Foot and Mouth Disease (FMD) is one of the most infectious viral diseases with the potential for devastating economic, social and environmental impacts. The aetiological agent (FMDV) belongs to the Aphthovirus genus and family Picornaviridae and is present as seven serotypes (A, O, C, Asia1, and SAT 1, 2, and 3) with multiple antigenic and genetic variants. Currently, the reference method for the detection of all FMDV serotypes is real-time RT-PCR, which is based on protocols generated from Callahan et al.  and Reid et al.  that detect the virus RNA-dependent RNA polymerase (3D gene) and the 5′ untranslated region (5′UTR), respectively. Although, the two methods had been used extensively used for the virus detection and in-turn the disease diagnosis, they need further optimization. While there are several available methods to diagnose FMDV such as virus neutralization test, ELISA, and RT-PCR, there is still an essential need to improve these methods to make it more sensitive and specific.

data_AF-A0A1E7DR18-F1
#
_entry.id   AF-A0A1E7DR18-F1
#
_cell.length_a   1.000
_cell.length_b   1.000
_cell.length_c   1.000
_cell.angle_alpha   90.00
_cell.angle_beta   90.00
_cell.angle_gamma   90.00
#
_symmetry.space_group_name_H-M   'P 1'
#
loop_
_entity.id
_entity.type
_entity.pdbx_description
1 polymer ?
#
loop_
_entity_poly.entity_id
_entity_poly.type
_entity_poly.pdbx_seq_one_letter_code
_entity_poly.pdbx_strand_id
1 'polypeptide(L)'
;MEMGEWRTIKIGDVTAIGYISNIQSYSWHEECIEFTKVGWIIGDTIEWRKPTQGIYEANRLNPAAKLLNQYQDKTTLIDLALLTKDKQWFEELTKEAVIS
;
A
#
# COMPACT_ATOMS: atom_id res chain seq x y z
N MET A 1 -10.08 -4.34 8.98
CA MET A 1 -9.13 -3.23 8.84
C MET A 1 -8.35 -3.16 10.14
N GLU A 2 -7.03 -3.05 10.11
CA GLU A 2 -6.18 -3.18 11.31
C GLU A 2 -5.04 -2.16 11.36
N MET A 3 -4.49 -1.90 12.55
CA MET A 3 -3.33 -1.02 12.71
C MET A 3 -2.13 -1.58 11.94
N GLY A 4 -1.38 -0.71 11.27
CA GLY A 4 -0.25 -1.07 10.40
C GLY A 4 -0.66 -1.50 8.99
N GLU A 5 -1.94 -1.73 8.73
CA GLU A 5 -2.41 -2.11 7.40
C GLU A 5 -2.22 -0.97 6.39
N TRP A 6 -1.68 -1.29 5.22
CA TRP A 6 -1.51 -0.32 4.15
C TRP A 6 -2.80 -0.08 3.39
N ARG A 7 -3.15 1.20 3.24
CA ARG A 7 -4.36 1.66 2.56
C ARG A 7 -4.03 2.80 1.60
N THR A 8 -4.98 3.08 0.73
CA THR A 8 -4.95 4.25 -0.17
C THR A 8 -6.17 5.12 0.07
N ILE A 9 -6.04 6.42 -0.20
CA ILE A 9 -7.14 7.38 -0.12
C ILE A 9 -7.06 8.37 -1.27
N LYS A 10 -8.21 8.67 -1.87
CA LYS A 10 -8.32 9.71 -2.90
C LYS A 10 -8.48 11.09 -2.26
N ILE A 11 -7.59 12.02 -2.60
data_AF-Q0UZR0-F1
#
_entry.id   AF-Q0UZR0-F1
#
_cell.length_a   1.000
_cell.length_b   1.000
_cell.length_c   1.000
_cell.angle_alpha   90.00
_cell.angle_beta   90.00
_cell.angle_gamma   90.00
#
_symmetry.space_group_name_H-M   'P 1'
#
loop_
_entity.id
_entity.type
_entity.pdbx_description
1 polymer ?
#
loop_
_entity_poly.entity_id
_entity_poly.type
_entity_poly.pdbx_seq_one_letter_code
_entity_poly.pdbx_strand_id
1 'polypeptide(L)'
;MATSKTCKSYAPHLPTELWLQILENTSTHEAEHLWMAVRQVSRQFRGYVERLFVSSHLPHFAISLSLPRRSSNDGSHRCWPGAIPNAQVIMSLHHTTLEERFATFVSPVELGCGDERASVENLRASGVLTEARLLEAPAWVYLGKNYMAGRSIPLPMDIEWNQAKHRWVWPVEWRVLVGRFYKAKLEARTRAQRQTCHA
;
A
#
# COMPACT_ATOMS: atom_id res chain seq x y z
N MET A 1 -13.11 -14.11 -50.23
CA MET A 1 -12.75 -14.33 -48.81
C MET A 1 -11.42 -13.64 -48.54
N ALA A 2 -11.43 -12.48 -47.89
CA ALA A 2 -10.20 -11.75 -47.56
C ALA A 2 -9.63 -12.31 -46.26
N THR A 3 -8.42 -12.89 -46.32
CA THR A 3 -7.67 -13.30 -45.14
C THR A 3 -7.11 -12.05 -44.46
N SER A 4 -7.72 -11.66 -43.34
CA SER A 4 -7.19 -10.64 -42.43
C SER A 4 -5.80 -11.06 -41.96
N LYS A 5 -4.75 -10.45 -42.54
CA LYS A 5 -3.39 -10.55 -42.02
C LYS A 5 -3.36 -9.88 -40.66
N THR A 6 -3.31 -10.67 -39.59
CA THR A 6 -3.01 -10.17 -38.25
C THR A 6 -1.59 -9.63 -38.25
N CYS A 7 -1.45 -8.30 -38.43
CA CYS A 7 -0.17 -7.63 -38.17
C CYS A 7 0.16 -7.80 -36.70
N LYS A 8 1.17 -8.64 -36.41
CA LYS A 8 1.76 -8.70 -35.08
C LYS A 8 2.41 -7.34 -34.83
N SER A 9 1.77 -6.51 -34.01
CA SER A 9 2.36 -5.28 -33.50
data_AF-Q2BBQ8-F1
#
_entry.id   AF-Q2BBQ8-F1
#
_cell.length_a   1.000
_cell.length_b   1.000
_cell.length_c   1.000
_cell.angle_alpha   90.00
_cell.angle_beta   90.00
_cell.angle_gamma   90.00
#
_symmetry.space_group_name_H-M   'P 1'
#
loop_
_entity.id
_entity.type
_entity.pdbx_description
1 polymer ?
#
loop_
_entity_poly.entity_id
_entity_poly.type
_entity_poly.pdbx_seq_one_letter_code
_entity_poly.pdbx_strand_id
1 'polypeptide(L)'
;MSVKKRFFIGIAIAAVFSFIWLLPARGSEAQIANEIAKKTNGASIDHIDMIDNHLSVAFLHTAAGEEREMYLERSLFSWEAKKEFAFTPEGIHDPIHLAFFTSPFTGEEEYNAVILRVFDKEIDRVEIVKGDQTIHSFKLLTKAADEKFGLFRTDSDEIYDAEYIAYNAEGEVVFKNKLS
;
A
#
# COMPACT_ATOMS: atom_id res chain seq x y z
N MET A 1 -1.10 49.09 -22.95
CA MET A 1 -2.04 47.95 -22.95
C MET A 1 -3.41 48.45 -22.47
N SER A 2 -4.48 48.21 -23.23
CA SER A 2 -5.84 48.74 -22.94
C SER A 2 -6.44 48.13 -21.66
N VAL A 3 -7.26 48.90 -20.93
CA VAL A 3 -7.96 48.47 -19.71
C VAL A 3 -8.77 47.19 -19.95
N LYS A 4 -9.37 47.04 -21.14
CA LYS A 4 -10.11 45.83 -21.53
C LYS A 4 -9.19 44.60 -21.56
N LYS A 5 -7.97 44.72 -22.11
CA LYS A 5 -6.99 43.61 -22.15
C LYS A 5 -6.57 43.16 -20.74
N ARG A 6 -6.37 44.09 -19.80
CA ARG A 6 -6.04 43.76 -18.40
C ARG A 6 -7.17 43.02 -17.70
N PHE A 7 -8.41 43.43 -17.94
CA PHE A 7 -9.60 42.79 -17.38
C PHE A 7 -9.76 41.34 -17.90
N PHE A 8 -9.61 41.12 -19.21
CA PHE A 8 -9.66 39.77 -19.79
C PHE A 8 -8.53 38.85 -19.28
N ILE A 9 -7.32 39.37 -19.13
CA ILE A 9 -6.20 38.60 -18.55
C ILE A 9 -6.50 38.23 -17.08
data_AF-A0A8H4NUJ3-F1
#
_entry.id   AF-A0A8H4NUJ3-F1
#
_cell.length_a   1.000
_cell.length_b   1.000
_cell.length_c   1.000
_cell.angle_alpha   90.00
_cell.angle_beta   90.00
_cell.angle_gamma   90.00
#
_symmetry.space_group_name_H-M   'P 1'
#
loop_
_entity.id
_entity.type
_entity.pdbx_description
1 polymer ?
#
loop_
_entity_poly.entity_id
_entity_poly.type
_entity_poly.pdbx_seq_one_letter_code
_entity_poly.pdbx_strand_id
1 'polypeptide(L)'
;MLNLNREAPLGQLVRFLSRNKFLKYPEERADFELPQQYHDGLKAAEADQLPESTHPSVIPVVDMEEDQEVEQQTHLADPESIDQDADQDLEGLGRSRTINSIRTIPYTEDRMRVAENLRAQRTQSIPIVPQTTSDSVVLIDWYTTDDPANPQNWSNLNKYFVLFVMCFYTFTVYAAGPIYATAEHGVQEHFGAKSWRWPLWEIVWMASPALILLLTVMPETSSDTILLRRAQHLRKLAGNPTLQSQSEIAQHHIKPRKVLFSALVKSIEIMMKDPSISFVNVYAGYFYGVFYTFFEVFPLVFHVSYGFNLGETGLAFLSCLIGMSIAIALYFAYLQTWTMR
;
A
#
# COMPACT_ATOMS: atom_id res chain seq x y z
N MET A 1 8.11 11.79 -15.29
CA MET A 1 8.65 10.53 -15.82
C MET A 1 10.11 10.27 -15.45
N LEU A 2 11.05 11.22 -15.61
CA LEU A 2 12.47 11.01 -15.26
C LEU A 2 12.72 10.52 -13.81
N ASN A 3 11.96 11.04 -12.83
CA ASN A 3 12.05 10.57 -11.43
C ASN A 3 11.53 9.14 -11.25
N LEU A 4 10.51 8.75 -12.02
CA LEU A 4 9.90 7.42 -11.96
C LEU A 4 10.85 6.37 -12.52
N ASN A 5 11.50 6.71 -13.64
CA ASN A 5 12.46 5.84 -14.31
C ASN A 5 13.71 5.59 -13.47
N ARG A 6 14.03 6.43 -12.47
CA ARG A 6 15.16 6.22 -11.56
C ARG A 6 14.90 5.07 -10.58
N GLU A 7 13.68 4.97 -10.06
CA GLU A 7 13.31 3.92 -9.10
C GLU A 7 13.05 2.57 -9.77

In the present study, we evaluated AuNPs-based rRT-PCR for the detection of foot and mouth disease virus (FMDV). We found that AuNPs-FMDV biosensor was designed using thiol-linked primers of the 3D rRT-PCR . This biosensor has been validated with the FMDV RNA standard from the synthetic 3D gene of FMDV. Application of the AuNPs-FMDV biosensor in RT-PCR and rRT-PCR was conducted to test the enhancement effect of the AuNPs-FMDV biosensor in the specificity, the analytical sensitivity, dynamic range, efficiency and the limit of detection (LOD) of RT-PCR and rRT-PCR.